Last Friday, October 23, the Filipino Student Association hosted Mabuhay, the annual cultural event including dance performances and food in Laurie Auditorium.
Joy Tan, the co-president of FSA and a senior biochemistry and molecular biology major, has been dancing in Mabuhay for four years.
â€œMabuhay features a variety of traditional Filipino dances. We have one called the â€˜Coconut Danceâ€™ and itâ€™s guys dancing with coconut shells. Itâ€™s a comedic performance. I am also co-coreographing a dance called â€˜Tinikling,â€™ which is a dance between clapping bamboo sticks,â€ Tan said.
There were nine performances during Mabuhay including performances from Looney Crew, the Prowlers Dance Team and the Indian Student Association. After the Mabuhay performances, Filipino foods were available for guests.
â€œWe have a lot of comfort Filipino foods like chicken adobo, menudo and traditional Filipino desserts. So if people donâ€™t know what Filipino food is, itâ€™s a good way to get introduced to our staple foods,â€ Tan said.
Lawrence Pasaoa, a senior biology and sociology major, has been dancing, choreographing and producing dances in Mabuhay for six years. Pasaoa has also been credited with bringing the â€œCoconut Danceâ€ to Trinity. Â
â€œWhen I was a kid, the Coconut Dance was a traditional dance. When I brought it to Trinity, I wanted to make it more modern by adding Snoop Dogg,â€ Pasaoa said.
In the Philippines, â€œmabuhayâ€ is often used to welcome others or as a greeting, meaning â€œto liveâ€ or â€œto thrive.â€ The goal of Mabuhay is to welcome the Trinity community to Filipino culture. Â Â
â€œEvery year when people come up to you and thank you for sharing your culture, thatâ€™s one of the most meaningful moments. Especially because your culture is something you grow up with, so itâ€™s very dear to you,â€ Pasaoa said.
Dzung Vu, a junior and accounting major, has danced in Mabuhay for two years. This year she performed in the â€œUmbrella Danceâ€ featuring women dancing with umbrellas.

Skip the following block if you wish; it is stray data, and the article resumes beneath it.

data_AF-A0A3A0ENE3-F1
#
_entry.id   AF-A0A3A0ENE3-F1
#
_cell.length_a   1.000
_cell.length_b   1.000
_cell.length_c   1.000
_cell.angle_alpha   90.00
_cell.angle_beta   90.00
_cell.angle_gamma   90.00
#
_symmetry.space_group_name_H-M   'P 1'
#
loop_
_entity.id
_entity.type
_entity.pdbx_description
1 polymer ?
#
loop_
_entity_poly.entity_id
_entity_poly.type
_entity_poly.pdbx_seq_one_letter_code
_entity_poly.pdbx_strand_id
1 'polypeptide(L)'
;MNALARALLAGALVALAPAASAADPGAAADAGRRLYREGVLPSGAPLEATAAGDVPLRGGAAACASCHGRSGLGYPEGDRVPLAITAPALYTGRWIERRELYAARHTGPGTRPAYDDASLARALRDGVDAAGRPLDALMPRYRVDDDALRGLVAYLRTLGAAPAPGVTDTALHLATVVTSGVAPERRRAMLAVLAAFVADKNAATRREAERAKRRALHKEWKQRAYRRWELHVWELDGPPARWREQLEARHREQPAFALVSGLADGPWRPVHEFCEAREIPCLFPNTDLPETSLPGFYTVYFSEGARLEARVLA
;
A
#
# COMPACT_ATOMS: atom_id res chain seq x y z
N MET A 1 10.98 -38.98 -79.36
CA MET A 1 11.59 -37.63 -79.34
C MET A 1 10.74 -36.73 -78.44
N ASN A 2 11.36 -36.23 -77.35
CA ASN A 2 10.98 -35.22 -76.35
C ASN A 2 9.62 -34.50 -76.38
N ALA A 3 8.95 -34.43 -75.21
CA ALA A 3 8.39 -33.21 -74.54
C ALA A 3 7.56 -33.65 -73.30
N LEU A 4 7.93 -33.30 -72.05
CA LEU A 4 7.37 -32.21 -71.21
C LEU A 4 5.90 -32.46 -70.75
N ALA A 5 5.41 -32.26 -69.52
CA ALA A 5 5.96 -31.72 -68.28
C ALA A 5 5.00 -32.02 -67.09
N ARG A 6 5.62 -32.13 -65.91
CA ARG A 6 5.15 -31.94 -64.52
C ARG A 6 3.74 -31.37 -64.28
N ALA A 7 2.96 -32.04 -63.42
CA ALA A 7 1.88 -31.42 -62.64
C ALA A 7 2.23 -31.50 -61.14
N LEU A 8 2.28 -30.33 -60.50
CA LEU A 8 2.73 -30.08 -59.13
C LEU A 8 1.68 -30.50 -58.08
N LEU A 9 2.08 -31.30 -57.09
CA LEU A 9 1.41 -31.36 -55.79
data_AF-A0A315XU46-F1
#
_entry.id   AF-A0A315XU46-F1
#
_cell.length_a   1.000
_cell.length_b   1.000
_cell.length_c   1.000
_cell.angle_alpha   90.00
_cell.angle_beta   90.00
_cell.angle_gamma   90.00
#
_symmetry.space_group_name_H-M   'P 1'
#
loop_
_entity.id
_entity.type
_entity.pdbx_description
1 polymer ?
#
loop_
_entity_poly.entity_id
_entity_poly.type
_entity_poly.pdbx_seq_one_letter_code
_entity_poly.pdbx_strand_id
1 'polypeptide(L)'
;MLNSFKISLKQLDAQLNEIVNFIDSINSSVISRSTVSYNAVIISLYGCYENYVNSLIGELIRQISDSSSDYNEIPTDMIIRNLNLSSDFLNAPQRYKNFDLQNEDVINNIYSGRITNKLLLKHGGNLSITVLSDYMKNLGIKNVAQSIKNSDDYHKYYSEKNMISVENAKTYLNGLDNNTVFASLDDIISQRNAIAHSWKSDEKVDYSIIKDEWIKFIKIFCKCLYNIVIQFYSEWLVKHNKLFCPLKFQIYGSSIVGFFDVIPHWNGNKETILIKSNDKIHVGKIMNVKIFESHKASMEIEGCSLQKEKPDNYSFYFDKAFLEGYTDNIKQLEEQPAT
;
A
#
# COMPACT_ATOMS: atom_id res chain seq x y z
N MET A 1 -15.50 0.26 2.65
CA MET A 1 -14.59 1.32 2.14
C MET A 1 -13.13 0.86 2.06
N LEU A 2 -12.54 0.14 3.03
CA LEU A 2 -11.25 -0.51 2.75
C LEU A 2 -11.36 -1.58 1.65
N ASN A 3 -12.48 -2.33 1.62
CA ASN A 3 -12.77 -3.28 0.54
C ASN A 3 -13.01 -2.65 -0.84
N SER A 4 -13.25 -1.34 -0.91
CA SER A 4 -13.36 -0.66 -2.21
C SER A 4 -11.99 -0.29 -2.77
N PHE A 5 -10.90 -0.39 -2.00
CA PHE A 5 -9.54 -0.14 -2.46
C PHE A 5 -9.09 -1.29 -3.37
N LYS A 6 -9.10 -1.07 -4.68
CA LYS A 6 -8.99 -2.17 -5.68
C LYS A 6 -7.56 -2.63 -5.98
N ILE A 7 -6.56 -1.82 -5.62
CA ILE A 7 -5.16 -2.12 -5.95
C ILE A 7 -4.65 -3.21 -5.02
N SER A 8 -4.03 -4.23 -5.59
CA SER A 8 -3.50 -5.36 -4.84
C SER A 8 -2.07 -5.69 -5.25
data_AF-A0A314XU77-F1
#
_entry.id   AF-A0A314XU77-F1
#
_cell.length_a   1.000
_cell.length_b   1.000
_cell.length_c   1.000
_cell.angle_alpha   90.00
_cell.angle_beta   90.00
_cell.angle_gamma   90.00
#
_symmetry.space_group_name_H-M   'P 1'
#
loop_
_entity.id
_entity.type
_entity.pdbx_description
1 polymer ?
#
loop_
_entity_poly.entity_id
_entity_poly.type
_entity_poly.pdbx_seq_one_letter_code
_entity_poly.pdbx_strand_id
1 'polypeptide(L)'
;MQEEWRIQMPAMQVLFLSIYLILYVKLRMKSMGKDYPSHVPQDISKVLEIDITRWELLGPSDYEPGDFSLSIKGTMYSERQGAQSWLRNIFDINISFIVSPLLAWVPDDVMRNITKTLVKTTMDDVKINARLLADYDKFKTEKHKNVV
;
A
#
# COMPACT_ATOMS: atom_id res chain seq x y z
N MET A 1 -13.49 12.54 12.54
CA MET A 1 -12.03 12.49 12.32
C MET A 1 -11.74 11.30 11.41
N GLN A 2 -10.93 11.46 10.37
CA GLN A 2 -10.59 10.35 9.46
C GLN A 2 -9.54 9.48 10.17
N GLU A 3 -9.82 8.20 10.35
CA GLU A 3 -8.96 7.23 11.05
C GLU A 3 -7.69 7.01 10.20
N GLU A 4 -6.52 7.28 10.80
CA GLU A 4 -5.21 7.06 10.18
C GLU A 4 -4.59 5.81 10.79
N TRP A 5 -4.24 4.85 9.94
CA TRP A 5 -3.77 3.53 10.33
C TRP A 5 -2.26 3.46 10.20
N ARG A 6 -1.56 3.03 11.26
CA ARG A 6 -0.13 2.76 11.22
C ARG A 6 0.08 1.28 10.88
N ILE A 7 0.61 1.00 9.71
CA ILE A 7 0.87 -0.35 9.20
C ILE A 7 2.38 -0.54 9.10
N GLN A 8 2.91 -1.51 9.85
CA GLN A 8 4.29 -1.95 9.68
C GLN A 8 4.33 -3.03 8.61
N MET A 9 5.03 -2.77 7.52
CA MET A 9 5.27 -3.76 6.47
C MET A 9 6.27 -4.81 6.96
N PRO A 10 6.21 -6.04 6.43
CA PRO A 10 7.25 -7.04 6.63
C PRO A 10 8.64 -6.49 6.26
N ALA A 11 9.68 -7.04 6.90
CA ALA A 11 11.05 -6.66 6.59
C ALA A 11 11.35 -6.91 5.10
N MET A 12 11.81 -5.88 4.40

â€œThe best part is the audienceâ€™s response. They were so well received and excited for each performance. It really gave the performers motivation,â€ Vu said. Â
Dancers have been practicing since the beginning of the fall semester. Many of the dancers who participate in Mabuhay have no dance background.
â€œI didnâ€™t have any experience with dance my freshman year. A lot of people come in not knowing how to dance. We teach them. You donâ€™t need any dance experience to learn,â€ Tan said.
When Mabuhay first began, it was a much smaller event, according to Pasaoa.
â€œThe first time I ever did it, it was still on the Esplanade. It wasnâ€™t a huge event at all. There were no more than 30 people, including the dancers.â€
In 2012, the FSA moved Mabuhay to Laurie Auditorium. Tan notes that the turnout for the event has increased.
â€œEvery year weâ€™ve been getting more of a turnout. My freshman year was the first year we had it in Laurie and itâ€™s been growing every year. Last year weâ€™ve had about 150 people which is about how many we expect every year,â€ Tan said.
The most memorable aspect of the annual festivity is sharing Filipino culture with others, according to Pasaoa.
â€œSeeing people you know have fun dancing in the dance of your culture is probably the most rewarding part,â€ Pasaoa said. Â